Richardson ISD Boys and Girls Go Guinea Pig for Same Ol' Same Ol' Gender Study

Competition: bad for girls, good for boys. Girls, delicate flowers that they are, get sad and mopey when they don't play nice, while boys become robust like bear. This is science, per SiFy News (which is I think where Stephen Hawking gets most of his science news), not to be confused with Syfy, the home of Ghost Hunters and cheaply animated TV movies.

A recent study out of Cal State and UT Dallas examined 110 12th-graders from Richardson. The two behavioral scientists at the helm of the study say that girls suffer more emotional repercussions than boys when they compete to win (though, it should be noted: Everyone in the study suffered when they competed to win), and both girls and boys did better emotionally when they competed to self-improve or excel.

This is, of course, being spun into the same-old, same-old: Boys are naturally competitive, and girls are wimpy-ass crybabies, instead of being interpreted as an illustration of the cause-and-effect relationship between how we treat and think about girls vs. boys. Via ScienceDaily, which unsurprisingly has more info than SiFy News:

"Competitiveness can be both a virtue and a vice. One person's win can be another person's loss and the drive to be better than others, when taken too far, can appear ruthless and selfish. Consequently, competitiveness may have social and emotional downsides and its effects are likely to differ for males and females. Indeed, research shows that competitiveness is rated both as more typical of adult males and as more desirable for males than for females."

No surprise there. Competitive women are often described as negative and bitchy, while competitive men are go-getters. Which is why I'd be more interested in a study that sought to get to the heart of where those ideas come from, rather than a study that shows that a particular cultural narrative is detrimental to girls. Proper girls shouldn't want to win, we tell our kids, so when they do express a desire to do so, it's unsurprising they suffer more negative emotional consequences than boys. Are these negative emotions coming from within or as a result of outside reactions from others? At what point do they begin to feel bad about their actions/desires? Study doesn't say.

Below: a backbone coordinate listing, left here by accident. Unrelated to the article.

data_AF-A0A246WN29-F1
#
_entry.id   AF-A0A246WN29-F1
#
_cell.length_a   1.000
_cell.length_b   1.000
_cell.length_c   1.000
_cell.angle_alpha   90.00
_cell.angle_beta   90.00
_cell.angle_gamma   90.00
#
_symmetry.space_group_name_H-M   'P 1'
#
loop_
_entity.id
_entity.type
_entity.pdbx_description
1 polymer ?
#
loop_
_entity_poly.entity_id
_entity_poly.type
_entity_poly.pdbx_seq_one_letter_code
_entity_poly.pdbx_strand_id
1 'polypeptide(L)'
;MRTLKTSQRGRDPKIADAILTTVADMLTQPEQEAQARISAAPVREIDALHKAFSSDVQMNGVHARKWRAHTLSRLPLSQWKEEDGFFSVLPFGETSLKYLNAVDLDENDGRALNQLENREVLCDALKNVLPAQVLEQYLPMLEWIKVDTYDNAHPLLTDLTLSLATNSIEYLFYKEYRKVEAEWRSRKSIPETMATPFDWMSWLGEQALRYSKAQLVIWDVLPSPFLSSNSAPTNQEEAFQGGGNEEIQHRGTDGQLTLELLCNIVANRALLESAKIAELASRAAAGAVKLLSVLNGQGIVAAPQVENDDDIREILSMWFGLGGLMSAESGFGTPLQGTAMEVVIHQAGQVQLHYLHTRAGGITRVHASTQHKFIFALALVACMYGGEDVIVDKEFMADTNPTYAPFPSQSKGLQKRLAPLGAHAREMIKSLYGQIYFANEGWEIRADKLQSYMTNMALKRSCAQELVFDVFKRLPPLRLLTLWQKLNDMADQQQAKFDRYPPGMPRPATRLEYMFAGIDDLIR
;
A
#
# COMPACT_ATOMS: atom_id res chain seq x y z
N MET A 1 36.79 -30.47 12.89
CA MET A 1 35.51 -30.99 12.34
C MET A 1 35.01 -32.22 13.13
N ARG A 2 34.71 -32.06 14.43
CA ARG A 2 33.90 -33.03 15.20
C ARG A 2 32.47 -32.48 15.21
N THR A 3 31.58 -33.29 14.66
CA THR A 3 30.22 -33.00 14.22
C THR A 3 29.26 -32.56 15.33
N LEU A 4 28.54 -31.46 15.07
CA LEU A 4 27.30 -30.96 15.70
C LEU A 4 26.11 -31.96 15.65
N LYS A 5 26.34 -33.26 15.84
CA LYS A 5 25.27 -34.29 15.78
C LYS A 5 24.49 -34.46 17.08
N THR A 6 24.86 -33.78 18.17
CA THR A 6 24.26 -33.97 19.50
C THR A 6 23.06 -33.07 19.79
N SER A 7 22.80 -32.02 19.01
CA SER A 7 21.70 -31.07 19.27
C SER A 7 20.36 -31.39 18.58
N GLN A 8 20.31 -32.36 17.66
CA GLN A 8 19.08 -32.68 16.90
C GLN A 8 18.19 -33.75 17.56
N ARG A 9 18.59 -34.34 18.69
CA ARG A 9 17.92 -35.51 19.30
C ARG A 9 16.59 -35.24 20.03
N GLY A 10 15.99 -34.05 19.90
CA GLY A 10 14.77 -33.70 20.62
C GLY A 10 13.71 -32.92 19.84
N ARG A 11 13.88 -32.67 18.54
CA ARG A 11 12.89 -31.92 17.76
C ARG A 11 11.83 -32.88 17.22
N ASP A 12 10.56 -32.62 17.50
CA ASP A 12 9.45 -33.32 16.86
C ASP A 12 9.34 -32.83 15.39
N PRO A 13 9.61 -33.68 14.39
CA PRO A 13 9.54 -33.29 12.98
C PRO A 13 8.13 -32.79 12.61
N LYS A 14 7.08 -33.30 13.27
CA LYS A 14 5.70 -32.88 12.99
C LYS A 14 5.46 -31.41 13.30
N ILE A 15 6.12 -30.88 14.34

It's the end of the ScienceDaily article that gets me:

Hibbard and Buhrmester conclude: "The overarching issue this study explored was whether competitiveness as a motivational orientation is good or bad for males and females. The findings clarify, to some degree, western cultures' 'ambivalence' about competitiveness. The view that competitiveness is the road to emotional well-being is supported to the extent that one is talking about competing to improve oneself or excel. On the other hand, if one is talking about competing to win or show dominance over others, then females seem to pay a socio-emotional price."
I'm not of the bent that these kinds of academic studies should be interested in determining "good or bad," but rather in determining causes, effects and larger relationships. Science that purports to make value judgments seems shaky at best. Of course, without reading the original study (which I'm working on getting -- thanks, grad school!), published in what appears to be a feminist-minded journal called Sex Roles, it's hard to determine exactly what the findings are versus how they're being reported by journalists looking for an easy headline.

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Andrea Grimes
Contact: Andrea Grimes

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